This article explains how the IPS security service protects your network from suspicious and malicious extensions for the Chrome browser.
Chrome extensions give users lots of features and functionality, however, organizations then face the challenge of protecting against attackers who exploit typically trusted Chrome extensions through a variety of attack vectors. The Anti-Malware service can't distinguish between benign and malicious extensions, and leaves organizations vulnerable to attacks. Cato's IPS service provides coverage for these network vulnerabilities through advanced techniques that identify potentially malicious extensions, and offer unique and valuable protection for your organization.
Protections for Chrome extensions are included in the IPS license. For more about purchasing the IPS license, please contact your Cato representative
The IPS service must be enabled and set to the Block action for Chrome extension protections functionality
Malicious Chrome extensions may abuse their permission level on the infected host to drop malware and compromise the host. This exposes the entire network to threats such as ransomware, data leaks, resource exhaustion, and so on. The IPS service leverages innovative techniques for maintaining, developing, and fine-tuning threat intelligence feeds to make it possible to identify suspicious activity associated with Chrome extensions.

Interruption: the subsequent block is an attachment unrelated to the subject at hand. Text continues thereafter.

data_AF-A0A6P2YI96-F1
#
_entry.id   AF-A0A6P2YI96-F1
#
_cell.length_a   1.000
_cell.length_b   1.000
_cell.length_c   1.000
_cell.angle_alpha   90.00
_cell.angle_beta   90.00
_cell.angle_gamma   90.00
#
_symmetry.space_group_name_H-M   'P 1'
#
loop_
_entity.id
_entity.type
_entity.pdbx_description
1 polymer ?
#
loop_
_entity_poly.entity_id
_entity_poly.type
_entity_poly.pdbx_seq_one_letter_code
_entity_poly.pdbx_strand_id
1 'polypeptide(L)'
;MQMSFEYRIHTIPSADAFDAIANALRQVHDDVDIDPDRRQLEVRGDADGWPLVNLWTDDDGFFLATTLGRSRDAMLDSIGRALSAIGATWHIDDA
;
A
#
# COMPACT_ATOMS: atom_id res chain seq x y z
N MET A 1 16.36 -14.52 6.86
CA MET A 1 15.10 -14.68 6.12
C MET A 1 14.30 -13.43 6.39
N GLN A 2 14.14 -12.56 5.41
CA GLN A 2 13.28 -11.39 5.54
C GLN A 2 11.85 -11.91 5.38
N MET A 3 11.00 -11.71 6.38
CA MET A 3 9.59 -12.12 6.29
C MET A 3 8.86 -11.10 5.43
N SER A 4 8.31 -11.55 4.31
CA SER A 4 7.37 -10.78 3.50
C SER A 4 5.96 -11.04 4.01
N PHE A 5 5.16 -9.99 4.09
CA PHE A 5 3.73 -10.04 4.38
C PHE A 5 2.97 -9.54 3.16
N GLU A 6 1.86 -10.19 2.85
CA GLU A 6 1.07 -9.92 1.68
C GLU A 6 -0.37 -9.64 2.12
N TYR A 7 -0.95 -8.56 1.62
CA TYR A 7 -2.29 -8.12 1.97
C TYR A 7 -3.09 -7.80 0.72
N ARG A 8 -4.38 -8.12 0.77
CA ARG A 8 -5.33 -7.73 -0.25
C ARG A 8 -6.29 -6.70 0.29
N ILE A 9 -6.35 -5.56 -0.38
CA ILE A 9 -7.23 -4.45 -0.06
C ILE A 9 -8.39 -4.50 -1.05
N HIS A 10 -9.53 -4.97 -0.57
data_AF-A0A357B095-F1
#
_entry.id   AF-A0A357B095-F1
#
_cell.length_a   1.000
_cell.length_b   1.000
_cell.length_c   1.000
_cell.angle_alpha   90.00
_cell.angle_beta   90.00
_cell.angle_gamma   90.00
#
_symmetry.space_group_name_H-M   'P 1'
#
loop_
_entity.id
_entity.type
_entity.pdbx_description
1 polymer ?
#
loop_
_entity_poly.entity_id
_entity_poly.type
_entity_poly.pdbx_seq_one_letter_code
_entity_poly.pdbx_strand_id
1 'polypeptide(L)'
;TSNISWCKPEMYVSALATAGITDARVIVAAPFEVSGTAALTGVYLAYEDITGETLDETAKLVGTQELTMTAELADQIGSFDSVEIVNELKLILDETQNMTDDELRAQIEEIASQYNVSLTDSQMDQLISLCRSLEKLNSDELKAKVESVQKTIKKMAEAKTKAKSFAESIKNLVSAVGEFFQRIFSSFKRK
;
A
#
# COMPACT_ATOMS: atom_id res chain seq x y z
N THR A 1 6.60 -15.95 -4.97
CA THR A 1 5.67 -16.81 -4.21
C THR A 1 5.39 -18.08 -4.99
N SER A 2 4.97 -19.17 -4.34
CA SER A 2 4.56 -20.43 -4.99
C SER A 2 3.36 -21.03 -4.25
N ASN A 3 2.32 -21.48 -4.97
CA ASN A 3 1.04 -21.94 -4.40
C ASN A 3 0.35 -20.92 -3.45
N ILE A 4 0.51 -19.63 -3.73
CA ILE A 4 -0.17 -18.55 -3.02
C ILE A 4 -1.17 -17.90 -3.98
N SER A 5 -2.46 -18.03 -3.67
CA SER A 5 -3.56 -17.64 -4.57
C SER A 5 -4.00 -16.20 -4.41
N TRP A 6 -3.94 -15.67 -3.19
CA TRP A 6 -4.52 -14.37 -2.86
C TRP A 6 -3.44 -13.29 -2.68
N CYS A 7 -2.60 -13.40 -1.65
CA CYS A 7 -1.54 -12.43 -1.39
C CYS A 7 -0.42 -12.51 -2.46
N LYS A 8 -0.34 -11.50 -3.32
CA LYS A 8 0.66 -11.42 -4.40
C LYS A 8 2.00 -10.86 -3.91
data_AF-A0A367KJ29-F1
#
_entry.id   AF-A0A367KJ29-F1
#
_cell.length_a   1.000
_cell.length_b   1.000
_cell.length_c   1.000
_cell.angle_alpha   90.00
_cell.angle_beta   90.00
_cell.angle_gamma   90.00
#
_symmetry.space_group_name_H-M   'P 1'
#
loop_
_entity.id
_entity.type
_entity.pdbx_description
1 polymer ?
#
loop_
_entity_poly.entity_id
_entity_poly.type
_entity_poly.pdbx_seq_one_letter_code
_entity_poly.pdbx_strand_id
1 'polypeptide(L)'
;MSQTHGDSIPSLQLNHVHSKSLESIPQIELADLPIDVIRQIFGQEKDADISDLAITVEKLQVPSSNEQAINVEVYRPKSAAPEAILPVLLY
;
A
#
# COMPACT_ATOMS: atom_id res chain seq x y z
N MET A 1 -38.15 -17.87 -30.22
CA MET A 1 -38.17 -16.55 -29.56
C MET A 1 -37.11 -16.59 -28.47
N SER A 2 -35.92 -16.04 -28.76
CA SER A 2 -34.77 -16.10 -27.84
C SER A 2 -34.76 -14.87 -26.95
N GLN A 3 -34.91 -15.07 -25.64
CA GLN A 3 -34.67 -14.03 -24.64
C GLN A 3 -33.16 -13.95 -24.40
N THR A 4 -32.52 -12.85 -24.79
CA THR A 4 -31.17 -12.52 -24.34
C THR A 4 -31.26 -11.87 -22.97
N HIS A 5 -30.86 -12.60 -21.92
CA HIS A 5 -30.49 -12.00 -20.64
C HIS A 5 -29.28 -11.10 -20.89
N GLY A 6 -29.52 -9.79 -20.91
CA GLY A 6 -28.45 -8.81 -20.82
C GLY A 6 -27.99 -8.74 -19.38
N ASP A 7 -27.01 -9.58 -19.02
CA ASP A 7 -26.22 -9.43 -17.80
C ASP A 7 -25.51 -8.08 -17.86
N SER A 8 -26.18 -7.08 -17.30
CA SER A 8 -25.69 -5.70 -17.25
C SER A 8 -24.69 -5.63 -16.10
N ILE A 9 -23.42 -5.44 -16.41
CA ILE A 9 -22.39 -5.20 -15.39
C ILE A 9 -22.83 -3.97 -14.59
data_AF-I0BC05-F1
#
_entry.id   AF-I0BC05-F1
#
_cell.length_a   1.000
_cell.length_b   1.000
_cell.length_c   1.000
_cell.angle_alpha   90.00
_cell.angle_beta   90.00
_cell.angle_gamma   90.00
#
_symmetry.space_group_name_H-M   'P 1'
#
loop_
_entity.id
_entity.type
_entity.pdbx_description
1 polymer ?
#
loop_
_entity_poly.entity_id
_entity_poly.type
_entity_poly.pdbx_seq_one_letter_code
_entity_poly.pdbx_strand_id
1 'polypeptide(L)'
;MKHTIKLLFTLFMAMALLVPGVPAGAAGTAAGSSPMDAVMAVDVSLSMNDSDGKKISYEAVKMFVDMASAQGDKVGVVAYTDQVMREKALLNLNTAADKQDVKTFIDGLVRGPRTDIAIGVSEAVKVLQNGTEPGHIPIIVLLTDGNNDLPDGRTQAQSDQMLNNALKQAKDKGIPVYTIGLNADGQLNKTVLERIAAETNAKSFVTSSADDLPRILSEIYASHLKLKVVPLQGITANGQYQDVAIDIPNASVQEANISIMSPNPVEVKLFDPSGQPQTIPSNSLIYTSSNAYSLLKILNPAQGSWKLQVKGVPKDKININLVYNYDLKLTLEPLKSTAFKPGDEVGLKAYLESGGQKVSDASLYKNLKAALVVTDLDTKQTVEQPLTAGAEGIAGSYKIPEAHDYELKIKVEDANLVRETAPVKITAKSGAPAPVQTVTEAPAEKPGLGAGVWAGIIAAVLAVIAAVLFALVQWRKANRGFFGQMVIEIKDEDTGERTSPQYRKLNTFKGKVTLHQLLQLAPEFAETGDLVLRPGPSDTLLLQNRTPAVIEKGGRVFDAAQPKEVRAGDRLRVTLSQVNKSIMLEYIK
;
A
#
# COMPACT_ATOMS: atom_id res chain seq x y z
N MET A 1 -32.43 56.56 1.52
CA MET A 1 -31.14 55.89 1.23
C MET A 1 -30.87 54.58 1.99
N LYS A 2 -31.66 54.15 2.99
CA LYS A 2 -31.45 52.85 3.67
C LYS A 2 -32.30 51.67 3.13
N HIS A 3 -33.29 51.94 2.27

Once the IPS service detects that a host is connected to the Cato Cloud and is using a suspicious Chrome extension, the service blocks the HTTP/S connection on that network flow. This stops the host from using the suspicious extension, and blocks connectivity to the extension to prevent it from getting updates, sending data, and so on.
Note: Suspicious and malicious extensions are only blocked according to the IPS Protection Scope settings. For example, if the WAN Traffic scope is set to Monitor or Allow, then that scope will not be protected from malicious Chrome extensions.
You can review Security events in Monitoring > Events and find the IPS block events related to Chrome extensions.
This is an example of an event for a blocked Chrome extension:
These are the IPS event fields for a suspicious Chrome extension event:
Event Type - Security
Event Sub-Type - IPS
MITRE ATT&CK® Techniques - Command and Scripting Interpreter (T1059)
Threat Type - PuP
Threat Name - Low credibility Chrome extension
These are examples of Signature ID for a Chrome extension event:
For more information about event logs, see Analyzing Events in Your Network.
After Cato blocks a Chrome extension, we recommend that the IT manager inspect all Chrome extensions in use and remove any that are unfamiliar. Further, because malicious Chrome extensions can infect legitimate extensions to exploit their permissions, the best practice is to remove all existing browser extensions and reset Chrome to default settings.